Protecting people and their pets: Animal-human bond: benefits, risks and considerations

Editors note: The following is part of a two part series that will be continued in next week’s Good Life column.

Animal companionship plays an important role in many people’s lives. According to the American Veterinary Medical Association, up to 36% of homes in the United States include a dog, cat, or bird, and many more share their lives with other pet types, including bunnies, lizards, and guinea pigs, just to name a few. Some people consider animals as placed firmly inside their family circle and refer to them as members of the family. As with any relationship, some human-pet relationships are likely to be more rewarding than others, and some people are more attached to their pets than others. Feelings of attachment to a pet can influence the effect of the pet on the person’s health and perceptions of pets as sources of comfort and companionship.

The significance of pets to human health has long been acknowledged by the US National Institutes of Health. While more research is developing, findings do show that sharing one’s life with a pet can offer many health benefits. Encouraging interactions between pets and people promotes human wellbeing. According to the National Center on Health Research, animals, as valued companions, primarily improve health by lowering stress levels. Reducing stress can be an important way to promote overall health and is associated with lowering blood pressure, reducing cardiovascular risk, and decreasing anxiety. Nonjudgmental social support through animal companionship can encourage social interaction with people, reduce the social isolation associated with living with chronic disease, promote physical function, and promote mental wellbeing and feelings of social cohesion.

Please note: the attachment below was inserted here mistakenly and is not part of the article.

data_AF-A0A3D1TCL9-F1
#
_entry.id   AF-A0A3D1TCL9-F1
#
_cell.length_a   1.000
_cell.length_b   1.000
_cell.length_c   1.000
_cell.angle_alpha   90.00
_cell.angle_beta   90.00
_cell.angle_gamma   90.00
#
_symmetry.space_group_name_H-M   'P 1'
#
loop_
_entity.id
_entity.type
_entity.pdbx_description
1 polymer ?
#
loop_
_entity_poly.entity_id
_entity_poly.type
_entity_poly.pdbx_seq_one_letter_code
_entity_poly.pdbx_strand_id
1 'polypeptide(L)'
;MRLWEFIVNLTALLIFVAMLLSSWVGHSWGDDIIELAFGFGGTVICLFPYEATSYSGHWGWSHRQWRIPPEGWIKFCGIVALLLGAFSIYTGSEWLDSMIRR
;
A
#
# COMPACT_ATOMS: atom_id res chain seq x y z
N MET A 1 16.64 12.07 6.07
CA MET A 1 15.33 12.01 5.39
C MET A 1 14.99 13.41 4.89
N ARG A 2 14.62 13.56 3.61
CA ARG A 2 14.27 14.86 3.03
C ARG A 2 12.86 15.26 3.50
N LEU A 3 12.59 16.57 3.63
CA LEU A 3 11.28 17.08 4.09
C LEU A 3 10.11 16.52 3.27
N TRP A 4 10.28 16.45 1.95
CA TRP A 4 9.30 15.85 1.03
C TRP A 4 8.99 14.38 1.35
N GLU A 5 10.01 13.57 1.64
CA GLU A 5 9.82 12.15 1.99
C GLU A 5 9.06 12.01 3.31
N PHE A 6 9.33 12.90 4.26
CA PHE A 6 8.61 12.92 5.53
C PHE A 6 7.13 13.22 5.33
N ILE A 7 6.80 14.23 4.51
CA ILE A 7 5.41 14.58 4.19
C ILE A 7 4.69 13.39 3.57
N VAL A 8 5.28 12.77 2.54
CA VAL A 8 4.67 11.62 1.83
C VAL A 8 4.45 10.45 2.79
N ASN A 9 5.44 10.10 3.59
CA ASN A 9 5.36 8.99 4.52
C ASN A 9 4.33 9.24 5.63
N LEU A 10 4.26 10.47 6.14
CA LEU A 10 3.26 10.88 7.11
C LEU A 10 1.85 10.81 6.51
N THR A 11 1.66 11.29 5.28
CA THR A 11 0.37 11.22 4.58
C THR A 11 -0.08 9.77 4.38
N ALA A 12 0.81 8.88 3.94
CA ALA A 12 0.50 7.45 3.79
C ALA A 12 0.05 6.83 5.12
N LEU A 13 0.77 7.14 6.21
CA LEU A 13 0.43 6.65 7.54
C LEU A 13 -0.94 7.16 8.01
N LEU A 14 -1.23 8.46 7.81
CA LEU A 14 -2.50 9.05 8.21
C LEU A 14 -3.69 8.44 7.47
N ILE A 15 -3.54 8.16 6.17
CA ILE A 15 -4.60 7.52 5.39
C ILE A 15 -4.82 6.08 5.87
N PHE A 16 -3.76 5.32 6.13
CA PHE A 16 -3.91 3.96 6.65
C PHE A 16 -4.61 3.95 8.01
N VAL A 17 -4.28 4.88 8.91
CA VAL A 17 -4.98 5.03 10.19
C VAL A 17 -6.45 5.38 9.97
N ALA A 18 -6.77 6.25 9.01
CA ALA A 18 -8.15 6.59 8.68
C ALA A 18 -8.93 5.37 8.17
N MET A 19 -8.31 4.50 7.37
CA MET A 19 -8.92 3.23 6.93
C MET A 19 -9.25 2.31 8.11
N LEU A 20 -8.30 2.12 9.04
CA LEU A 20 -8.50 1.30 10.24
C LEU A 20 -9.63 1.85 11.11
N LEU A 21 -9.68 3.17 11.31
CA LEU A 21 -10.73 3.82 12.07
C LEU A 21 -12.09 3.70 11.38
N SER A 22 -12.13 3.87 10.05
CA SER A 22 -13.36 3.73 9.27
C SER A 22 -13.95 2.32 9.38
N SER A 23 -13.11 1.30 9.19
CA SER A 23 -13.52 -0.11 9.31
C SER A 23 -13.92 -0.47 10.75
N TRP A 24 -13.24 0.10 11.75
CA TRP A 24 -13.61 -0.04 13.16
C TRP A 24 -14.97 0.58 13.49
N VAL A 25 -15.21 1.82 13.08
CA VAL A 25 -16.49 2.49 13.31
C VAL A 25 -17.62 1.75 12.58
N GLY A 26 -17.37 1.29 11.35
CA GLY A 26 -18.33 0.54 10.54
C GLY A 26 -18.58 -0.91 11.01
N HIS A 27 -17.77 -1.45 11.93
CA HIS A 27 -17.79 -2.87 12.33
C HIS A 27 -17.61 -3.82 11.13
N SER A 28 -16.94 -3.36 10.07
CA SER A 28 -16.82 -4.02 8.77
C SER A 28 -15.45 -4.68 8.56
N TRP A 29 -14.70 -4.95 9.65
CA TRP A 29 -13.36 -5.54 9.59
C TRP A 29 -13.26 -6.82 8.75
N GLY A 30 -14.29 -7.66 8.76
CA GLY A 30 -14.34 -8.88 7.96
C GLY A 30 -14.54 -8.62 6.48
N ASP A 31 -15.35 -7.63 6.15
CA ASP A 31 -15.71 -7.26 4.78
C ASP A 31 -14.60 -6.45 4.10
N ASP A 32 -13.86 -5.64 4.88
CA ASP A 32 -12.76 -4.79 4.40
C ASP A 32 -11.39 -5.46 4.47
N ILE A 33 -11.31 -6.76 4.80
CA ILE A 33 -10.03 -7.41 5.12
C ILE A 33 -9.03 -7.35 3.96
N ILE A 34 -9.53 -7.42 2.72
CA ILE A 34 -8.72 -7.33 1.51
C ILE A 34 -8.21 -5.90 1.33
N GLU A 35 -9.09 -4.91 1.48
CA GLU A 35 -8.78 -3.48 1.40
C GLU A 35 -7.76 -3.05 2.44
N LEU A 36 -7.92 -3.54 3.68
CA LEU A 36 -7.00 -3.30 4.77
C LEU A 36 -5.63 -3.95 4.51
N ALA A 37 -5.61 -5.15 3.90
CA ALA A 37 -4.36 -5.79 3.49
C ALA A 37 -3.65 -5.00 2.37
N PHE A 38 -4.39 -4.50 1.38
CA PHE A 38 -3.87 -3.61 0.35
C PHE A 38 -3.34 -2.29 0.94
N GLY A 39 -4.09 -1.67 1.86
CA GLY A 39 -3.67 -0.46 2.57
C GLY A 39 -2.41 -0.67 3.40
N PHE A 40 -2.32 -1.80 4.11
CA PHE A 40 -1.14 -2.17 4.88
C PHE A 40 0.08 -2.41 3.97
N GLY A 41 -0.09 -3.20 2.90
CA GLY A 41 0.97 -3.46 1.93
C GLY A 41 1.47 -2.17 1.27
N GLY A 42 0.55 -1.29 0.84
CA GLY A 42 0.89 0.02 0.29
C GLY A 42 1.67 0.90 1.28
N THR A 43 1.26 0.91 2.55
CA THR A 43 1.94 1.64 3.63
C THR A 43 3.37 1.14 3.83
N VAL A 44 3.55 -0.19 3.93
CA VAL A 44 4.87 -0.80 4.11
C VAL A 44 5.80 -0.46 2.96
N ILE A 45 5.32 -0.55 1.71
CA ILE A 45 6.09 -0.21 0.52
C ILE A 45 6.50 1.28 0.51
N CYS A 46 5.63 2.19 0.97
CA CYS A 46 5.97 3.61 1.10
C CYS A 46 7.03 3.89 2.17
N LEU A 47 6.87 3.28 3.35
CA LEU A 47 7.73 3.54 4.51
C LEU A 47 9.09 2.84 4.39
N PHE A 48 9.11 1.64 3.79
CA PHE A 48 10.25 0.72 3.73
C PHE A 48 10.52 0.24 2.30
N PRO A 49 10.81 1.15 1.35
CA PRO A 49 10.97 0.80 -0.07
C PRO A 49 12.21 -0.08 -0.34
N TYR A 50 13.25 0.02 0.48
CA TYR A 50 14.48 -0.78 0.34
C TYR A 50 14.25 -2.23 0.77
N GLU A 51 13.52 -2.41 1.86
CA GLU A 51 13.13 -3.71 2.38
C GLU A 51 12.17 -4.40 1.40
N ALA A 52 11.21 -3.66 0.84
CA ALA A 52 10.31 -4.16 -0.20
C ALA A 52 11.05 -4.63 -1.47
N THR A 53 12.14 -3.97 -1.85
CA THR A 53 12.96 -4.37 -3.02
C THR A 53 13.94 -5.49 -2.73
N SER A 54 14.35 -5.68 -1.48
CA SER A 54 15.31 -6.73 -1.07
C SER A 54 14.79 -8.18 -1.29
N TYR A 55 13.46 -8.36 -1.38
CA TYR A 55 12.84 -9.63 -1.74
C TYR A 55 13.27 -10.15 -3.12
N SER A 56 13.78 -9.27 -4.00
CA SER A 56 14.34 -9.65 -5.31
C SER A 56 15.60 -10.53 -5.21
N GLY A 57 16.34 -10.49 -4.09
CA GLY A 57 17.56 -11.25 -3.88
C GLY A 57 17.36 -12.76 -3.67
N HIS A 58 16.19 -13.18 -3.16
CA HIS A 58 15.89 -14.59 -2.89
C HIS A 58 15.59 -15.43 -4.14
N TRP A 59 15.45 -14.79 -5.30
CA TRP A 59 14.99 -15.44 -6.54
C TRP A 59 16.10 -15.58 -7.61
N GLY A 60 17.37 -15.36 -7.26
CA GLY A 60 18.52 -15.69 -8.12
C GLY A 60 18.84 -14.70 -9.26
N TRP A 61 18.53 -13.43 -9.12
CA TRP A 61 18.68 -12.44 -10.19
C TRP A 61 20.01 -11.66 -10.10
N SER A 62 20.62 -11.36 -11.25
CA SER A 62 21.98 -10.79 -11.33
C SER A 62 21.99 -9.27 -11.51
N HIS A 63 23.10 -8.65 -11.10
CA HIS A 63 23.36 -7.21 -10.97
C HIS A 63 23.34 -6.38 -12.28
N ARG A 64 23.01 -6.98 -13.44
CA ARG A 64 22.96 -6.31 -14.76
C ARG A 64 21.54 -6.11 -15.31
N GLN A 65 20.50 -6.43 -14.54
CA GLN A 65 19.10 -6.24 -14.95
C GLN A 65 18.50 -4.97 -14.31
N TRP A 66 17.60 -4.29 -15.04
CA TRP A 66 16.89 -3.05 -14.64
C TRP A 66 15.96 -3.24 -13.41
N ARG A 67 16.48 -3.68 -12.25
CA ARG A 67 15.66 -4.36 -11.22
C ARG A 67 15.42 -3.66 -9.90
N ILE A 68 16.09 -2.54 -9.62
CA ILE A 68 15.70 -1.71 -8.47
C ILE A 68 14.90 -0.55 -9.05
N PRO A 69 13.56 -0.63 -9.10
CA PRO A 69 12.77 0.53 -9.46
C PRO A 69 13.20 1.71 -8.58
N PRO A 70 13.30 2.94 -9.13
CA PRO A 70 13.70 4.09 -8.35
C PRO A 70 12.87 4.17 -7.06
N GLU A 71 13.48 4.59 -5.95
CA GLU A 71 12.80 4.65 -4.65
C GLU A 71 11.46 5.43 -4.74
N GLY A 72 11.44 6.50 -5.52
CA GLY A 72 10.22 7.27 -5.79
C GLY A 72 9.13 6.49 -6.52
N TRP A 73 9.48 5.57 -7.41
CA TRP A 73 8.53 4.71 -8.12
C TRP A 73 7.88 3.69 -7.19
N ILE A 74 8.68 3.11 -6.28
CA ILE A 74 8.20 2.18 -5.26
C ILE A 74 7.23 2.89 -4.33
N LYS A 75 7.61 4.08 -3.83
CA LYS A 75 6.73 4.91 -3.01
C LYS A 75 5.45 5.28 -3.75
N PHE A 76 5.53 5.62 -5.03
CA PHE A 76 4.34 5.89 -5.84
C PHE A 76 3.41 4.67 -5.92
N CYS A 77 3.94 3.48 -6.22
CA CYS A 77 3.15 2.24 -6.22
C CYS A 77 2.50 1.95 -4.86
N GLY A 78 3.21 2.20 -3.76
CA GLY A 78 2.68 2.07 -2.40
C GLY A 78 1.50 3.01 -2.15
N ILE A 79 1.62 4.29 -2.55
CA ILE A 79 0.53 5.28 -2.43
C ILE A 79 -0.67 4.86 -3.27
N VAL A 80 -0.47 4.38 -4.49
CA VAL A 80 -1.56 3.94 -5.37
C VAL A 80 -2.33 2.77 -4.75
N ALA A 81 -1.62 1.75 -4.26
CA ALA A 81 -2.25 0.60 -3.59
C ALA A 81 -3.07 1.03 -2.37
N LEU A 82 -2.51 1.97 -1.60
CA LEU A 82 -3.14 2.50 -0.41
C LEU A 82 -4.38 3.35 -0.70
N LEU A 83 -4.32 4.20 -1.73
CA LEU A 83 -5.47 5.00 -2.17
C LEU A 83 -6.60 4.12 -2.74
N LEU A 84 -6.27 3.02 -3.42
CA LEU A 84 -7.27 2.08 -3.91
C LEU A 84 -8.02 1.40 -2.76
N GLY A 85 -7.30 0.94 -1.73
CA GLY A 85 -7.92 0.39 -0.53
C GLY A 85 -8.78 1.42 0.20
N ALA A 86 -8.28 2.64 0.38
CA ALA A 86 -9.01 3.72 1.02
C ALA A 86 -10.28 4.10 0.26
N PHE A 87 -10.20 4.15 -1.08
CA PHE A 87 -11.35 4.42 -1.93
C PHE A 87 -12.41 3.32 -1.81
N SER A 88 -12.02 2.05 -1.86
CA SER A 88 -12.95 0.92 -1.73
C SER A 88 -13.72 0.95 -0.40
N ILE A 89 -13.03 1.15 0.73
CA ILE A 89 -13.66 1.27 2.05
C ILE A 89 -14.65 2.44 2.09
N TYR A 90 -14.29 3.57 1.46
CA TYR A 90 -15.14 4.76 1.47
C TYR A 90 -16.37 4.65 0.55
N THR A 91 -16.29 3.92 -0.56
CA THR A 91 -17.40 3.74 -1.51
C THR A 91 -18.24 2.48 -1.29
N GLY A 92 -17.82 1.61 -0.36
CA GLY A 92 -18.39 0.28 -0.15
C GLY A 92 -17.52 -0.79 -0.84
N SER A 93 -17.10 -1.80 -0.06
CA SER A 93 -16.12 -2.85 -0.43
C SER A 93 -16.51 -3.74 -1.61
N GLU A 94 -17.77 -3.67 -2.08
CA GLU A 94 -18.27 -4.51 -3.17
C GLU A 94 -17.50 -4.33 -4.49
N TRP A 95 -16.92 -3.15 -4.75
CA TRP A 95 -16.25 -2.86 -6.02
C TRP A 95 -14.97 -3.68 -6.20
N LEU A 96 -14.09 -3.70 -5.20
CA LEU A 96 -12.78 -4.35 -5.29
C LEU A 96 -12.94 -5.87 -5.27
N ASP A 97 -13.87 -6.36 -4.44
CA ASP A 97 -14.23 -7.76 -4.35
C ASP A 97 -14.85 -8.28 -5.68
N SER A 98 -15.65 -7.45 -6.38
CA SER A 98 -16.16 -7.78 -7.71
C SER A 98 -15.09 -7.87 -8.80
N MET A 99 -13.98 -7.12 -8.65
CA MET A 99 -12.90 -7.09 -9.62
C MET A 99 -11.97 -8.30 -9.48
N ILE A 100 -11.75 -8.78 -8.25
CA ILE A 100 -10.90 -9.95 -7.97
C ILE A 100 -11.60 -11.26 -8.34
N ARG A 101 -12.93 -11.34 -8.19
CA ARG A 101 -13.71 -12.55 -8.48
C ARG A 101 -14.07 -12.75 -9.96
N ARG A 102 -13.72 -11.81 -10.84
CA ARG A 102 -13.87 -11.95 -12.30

Sharing life with an animal companion also has potential risks. According to “Pets’ impact on your patients’ health: leveraging benefits and mitigating risk” in The Journal of the American Board of Family Medicine, animal companions can “infect people with disease, cause injury, and challenge resource prioritization.” These risks can be decreased through routine animal and human care, animal behavior assistance, and planning. While the care of an animal has been shown across all ages and stages to offer potential benefit, it is best balanced with recognizing the associated risks, a realistic plan, and a goal of wellbeing for both humans and animals.

The decision to share one’s life with an animal companion is an individual one and in all cases should be made by the person who will be living with and caring for the pet. If you are considering adding an animal to your network of support, contact your local animal welfare organization, which may be able to connect you with resources for pet adoption or support.

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